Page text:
“Frankly, they had difficulty getting their … I hesitate to say “act together,” but … they had difficulty finalizing their plans,” Mr. Horsley said. “The frustrating thing on my part was, we were looking to bring something home for Suffolk County, but then they wanted to put something at the [Nassau] coliseum, and then they moved from the coliseum to Belmont [Race Track], and they would talk about Suffolk as a second casino, and it was obviously years away. And everything would change when the leadership changed.”
Those changes in leadership are what ultimately put the tribe’s casino plans on the shelf, where it apparently remains today.
The ouster of two Tribal Trustees and two Gaming Authority members in the summer of 2012 set off a internecine war of accusations and a power struggle that spurred Gateway to halt the $250,000 monthly payments it had been making to the tribe for a decade as part of its casino partnership agreement. Last May, the FBI raided and seized records from its casino development team’s offices. Those offices were destroyed in a fire last month that investigators say appeared to have been intentionally set. In September, the tribe lost a lawsuit seen as a key negotiating tool to securing land for a future casino.
Lance Gumbs, long the face of the tribe’s casino effort, said that almost regardless of the state constitutional amendment and the struggles with Gateway, the tribe also faces a number of higher hurdles to clear before it could seriously pursue a casino effort.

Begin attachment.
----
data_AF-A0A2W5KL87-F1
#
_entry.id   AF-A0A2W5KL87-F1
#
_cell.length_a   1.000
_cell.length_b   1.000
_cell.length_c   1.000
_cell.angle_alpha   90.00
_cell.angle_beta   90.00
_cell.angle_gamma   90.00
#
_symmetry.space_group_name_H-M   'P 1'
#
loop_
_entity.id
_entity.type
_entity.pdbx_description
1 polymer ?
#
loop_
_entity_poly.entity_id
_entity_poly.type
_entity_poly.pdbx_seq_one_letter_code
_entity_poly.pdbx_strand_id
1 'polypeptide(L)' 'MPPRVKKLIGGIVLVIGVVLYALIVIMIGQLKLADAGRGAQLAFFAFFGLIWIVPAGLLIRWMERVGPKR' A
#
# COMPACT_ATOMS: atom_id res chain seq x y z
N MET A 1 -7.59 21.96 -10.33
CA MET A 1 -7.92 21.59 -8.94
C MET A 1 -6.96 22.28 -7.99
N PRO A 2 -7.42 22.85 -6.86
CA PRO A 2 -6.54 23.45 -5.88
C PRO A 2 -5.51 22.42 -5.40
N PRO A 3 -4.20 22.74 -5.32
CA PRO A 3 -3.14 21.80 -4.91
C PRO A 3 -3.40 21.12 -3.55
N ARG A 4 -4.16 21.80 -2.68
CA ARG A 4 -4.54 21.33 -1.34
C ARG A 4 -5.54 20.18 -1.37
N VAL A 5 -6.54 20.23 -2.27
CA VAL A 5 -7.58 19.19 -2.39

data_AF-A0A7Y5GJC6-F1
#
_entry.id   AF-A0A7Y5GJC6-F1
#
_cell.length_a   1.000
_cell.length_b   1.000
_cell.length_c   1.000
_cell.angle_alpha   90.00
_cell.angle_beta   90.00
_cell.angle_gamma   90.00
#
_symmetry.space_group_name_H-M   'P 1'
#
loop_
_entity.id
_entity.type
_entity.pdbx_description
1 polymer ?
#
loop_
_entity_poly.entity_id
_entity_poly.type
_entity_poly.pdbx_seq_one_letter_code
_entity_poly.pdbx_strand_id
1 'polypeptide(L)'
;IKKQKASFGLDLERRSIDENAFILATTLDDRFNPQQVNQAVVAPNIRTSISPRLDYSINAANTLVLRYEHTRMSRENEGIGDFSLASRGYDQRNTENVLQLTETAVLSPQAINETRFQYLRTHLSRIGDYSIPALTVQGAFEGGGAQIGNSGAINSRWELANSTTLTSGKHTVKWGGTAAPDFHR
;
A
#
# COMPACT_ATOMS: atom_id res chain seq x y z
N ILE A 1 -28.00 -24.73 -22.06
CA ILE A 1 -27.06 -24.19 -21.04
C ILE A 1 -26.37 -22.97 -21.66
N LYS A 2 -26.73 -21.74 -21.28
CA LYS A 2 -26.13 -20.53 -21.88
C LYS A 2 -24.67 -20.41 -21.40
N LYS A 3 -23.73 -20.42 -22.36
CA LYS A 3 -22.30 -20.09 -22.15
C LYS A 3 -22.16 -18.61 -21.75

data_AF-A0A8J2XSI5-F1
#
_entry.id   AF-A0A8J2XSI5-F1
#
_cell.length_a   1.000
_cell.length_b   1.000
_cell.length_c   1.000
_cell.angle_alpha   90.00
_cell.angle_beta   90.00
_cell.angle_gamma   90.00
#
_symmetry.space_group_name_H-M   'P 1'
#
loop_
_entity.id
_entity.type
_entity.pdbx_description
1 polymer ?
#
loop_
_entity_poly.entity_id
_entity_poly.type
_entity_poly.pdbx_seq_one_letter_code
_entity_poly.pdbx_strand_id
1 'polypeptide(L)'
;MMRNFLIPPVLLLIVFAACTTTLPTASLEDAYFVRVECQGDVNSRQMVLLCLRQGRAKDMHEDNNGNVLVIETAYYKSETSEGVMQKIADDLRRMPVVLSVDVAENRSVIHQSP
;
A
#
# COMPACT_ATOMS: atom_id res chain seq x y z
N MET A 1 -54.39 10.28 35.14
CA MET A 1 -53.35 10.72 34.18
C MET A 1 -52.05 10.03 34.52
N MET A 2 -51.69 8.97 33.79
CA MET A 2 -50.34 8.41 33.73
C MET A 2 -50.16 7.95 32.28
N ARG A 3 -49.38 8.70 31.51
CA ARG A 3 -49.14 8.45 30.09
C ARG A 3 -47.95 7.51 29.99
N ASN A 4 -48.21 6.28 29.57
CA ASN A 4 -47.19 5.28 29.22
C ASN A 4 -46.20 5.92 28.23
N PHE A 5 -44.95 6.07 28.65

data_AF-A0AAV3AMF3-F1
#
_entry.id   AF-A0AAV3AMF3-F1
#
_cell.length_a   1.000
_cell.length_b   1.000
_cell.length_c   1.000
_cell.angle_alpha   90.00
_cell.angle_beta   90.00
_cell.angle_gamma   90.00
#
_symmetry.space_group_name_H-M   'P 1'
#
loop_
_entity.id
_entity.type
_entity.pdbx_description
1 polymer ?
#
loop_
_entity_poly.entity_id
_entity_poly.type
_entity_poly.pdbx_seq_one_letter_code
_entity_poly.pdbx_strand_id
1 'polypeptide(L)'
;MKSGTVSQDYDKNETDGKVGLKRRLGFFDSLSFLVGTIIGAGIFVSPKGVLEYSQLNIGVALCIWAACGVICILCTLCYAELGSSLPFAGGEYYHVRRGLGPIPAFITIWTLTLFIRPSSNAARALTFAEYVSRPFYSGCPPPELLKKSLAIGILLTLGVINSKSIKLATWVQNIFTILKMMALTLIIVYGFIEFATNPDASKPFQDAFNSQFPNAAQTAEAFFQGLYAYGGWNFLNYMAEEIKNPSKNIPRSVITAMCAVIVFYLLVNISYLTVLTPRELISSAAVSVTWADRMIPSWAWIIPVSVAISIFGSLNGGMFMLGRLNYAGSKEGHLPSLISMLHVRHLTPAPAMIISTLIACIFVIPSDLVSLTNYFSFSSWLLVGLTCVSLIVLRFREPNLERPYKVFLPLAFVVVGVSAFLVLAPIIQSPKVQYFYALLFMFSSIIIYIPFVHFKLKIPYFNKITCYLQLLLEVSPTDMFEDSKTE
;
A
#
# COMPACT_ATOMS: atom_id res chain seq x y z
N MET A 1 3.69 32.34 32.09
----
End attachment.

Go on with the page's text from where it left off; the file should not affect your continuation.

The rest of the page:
Mr. Gumbs, who was recently reappointed to the National Congress of American Indians, said that two court cases in recent years are effectively blocking the tribe from any sort of meaningful movement toward a major casino development. Most imposing on the Shinnecock’s plans is a 2009 U.S. Supreme Court ruling declaring that only tribes recognized prior to 1935 may put land into a federal trust, a common step taken by tribes seeking to build a casino on land acquired specifically for development and not part of their federal reservation.
Mr. Gumbs and other tribal representatives have been lobbying Congress for action that could override the court’s findings, a critical step for the Shinnecocks.
Tribal officials have refused to communicate, in any way about almost any subject, with The Press since a new panel of Tribal Trustees was elected last April. The tribe is poised to hold a vote next month to impanel a new seven-member executive council, replacing the three-member Tribal Trustees as the highest authority on the reservation.
“There are these major national issues that affect what we can do on a local level, and until those things are figured out, the local stuff does matter, really,” Mr. Gumbs said recently. “I don’t see [the constitutional amendment] as leaving us in any particular situation—we still have the right to do gaming. Our biggest issue is land.”